Last month we celebrated a rare milestone with one of our employees: 20 years!   I asked Margaret Jung (on the far left of the picture) why she's stayed with Artisan Creative for 2 decades, through growth and success, as well as through trying times and cutbacks. We thought it would be interesting to share some of her thoughts, as this one question brought forth so many answers:

Artisan fosters a rewarding environment where I feel appreciated, recognized and supported. The people you work with must have chemistry and each other's backs. Over time, this builds friendships & relationships that last even as people move on.

The versatility of my business development role offers flexibility, autonomy and no bureaucracy. Plus, I have the opportunity to create success, for our clients and talent, our team and my family.

I believe in being consistent  and loving what you do.

I do not watch the clock.

I believe in relationships based on trust, and that honesty and integrity are essential within a company.

I enjoy working with strong personalities that come with being in the creative field. I find the dynamics of the creative mindset engaging as we are always learning and growing from this ever evolving field we work in.

I am driven by the search to find the best solution for my clients and talent.

We share and believe in common values, that set the foundation for a good business model.  Compensation is in alignment with results delivered.

The president has ability to listen and make change for the better. I'm kept in the loop and frequently communicated with. I feel valued and understood, with a lot of trust in my abilities to deliver.

The entrepreneurial environment at Artisan suits my personality. An open door is truly open to share the good and the bad, in a genuine environment that cares.

I hold  myself accountable to my commitments.

I have a passion for selling and a desire to perform.

I enjoy the constant learning from being in a dynamic industry and working with really smart people.

I have mentorship from the president along with a leadership responsibility to create success for the team.

I've learned how to manage growing pains and make tough choices.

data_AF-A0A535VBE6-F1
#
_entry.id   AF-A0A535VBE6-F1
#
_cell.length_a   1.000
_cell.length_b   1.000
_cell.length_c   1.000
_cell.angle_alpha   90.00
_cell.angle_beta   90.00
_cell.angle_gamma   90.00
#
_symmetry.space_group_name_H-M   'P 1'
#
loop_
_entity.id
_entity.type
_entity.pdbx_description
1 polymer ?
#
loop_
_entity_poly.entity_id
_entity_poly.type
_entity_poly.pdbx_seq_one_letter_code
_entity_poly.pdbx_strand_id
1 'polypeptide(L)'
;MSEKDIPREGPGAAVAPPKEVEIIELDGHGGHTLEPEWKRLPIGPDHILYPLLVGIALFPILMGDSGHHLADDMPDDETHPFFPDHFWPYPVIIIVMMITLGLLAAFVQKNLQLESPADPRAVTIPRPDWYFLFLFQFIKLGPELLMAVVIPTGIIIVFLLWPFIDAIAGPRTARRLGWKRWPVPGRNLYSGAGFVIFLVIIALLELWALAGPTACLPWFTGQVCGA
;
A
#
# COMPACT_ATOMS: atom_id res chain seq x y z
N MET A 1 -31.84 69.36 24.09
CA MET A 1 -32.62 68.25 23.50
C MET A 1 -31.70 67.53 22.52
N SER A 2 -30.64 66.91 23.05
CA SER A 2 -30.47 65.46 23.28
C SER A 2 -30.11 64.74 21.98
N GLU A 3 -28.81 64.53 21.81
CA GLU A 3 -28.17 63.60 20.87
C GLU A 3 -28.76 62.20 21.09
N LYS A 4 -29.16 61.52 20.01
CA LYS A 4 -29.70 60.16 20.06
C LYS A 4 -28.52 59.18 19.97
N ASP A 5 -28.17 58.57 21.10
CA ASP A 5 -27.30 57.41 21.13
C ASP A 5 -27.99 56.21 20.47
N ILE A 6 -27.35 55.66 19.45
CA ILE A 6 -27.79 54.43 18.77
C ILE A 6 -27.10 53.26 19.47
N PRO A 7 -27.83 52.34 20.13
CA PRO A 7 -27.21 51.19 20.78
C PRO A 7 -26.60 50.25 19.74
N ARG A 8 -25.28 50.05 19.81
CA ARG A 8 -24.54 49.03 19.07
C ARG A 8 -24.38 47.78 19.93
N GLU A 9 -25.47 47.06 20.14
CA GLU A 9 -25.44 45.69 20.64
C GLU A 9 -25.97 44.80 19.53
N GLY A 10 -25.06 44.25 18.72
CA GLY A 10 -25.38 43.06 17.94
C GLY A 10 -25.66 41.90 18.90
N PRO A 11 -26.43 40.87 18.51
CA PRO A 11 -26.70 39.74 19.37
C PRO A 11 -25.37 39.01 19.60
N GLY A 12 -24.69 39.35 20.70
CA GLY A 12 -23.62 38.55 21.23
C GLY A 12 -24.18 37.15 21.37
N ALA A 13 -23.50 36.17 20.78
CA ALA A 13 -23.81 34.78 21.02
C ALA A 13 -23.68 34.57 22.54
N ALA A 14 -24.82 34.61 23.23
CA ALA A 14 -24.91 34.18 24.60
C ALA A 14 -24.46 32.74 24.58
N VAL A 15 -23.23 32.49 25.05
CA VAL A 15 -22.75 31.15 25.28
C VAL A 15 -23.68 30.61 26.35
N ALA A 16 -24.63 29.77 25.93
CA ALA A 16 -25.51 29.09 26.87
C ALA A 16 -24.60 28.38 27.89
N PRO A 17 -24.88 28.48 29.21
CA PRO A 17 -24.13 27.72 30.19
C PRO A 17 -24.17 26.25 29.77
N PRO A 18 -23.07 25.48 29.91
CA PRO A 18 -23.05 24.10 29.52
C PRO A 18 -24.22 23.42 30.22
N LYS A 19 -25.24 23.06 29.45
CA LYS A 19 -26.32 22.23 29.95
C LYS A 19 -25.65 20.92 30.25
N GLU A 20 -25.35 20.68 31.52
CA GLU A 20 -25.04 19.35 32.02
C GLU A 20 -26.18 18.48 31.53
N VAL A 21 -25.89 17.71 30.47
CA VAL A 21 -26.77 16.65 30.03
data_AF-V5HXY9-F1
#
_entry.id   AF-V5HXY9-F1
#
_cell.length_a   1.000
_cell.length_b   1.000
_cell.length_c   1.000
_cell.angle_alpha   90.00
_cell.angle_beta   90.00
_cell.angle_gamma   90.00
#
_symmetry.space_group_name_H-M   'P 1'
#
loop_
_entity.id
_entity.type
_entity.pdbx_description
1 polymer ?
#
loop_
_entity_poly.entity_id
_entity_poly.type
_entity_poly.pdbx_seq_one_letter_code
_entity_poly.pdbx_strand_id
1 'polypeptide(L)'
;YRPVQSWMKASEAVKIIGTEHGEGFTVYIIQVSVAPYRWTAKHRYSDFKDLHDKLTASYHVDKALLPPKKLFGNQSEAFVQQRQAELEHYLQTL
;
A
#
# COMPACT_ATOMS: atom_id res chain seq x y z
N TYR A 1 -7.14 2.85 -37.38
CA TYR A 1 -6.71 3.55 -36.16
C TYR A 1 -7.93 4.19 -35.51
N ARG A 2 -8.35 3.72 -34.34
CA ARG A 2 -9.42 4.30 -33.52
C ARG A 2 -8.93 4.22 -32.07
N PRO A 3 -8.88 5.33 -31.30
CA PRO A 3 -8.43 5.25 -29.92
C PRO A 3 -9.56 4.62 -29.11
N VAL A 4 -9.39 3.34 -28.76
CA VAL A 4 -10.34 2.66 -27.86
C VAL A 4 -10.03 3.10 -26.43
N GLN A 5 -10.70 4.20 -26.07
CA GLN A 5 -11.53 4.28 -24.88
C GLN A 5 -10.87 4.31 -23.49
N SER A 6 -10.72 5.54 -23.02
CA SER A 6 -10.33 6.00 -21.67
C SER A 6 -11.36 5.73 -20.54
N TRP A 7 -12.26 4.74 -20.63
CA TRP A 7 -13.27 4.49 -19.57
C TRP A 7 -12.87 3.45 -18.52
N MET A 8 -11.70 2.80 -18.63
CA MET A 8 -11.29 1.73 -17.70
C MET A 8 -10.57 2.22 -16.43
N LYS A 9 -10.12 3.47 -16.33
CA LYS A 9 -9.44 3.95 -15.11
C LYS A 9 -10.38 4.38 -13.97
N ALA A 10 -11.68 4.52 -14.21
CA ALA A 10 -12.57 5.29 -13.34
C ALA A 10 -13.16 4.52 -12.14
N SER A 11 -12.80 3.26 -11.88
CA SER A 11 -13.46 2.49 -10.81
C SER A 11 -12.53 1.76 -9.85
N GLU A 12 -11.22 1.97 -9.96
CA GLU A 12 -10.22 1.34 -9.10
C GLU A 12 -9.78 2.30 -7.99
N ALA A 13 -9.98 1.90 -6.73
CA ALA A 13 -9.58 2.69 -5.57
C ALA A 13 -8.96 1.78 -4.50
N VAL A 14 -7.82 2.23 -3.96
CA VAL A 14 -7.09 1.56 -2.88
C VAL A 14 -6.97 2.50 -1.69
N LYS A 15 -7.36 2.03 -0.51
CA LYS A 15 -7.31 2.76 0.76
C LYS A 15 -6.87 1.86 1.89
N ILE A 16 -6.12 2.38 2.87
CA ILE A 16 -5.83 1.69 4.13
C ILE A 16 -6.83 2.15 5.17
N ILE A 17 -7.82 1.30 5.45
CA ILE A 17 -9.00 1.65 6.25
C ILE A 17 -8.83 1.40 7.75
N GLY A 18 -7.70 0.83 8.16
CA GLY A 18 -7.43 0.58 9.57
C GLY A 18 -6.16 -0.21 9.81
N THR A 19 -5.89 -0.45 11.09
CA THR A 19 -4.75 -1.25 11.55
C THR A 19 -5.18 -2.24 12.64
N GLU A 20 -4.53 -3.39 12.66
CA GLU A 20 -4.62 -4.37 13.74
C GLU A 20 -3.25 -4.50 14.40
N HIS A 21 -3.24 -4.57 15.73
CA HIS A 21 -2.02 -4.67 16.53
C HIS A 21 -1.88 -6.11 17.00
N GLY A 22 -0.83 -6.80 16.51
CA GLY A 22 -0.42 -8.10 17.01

In a lifetime you only really find a few leaders that you truly trust and respect, and know that they are there for you.

The tougher periods are handled by not listening  to the negative for too long and by focusing on the positive. Always believing that more good than bad is around the corner, and never, ever, giving up!

 For me, this is the difference between a career and a job. And over the past 20 years everything I gave the company, I got back and more.

How long have you been at your career, and what keeps you engaged and coming back for more year over year? 

 Jamie Douraghy - Artisan Founder


Does a Huddle Help?

Wednesday, February 18, 2015

Does a Huddle Help?


 

Several years ago when we took our company virtual, we were initially concerned with losing that face to face connection. For a small company back in 2009, IM, dial in conference calls, and Skype were the tools we had access to. Knowing the importance of keeping our personal connections dynamic, we tried a lot of different communication tools over the years, and settled on Zoom, and we still use IM for the quick inquiries. So while the distances between our team members was a lot farther than the offices we used to occupy, the concept of daily short huddles and 3x a week more in depth huddles, remained intact.


The above image was taken at a sports event using teenage volunteers. One can easily differentiate between those that are paying attention, vs. those that had other things, (such as lunch) on their minds. Even in face to face huddles, distractions are commonplace.

Earlier this week, while waiting for my turn to go through the airport body scanner at 5:00 am, I looked over to my right and saw a TSA group doing their morning huddle. I’m sure they’ve done hundreds of these on a regular basis, yet you could sense that each one knew this huddle was important. Somehow I didn't think I should photograph this group.

What I took away from observing these two huddles:

    Huddles create connection
    All teams use them in some form
    They allow the leader to set the tone
    Huddles create a quick forum to review the plan for the day/event/competition
    Huddles block out noise and help bring focus inward to what the leader/coach is saying

During your huddles:

    Create a pulse check, are they present or not
    Ask what each person will do next to bring the team closer to goal
    Have an accountability check-in
    Just a few minutes is all that’s needed

Post event huddles

    Allow the team to redirect and recalibrate
    Ask what worked and what didn't for that day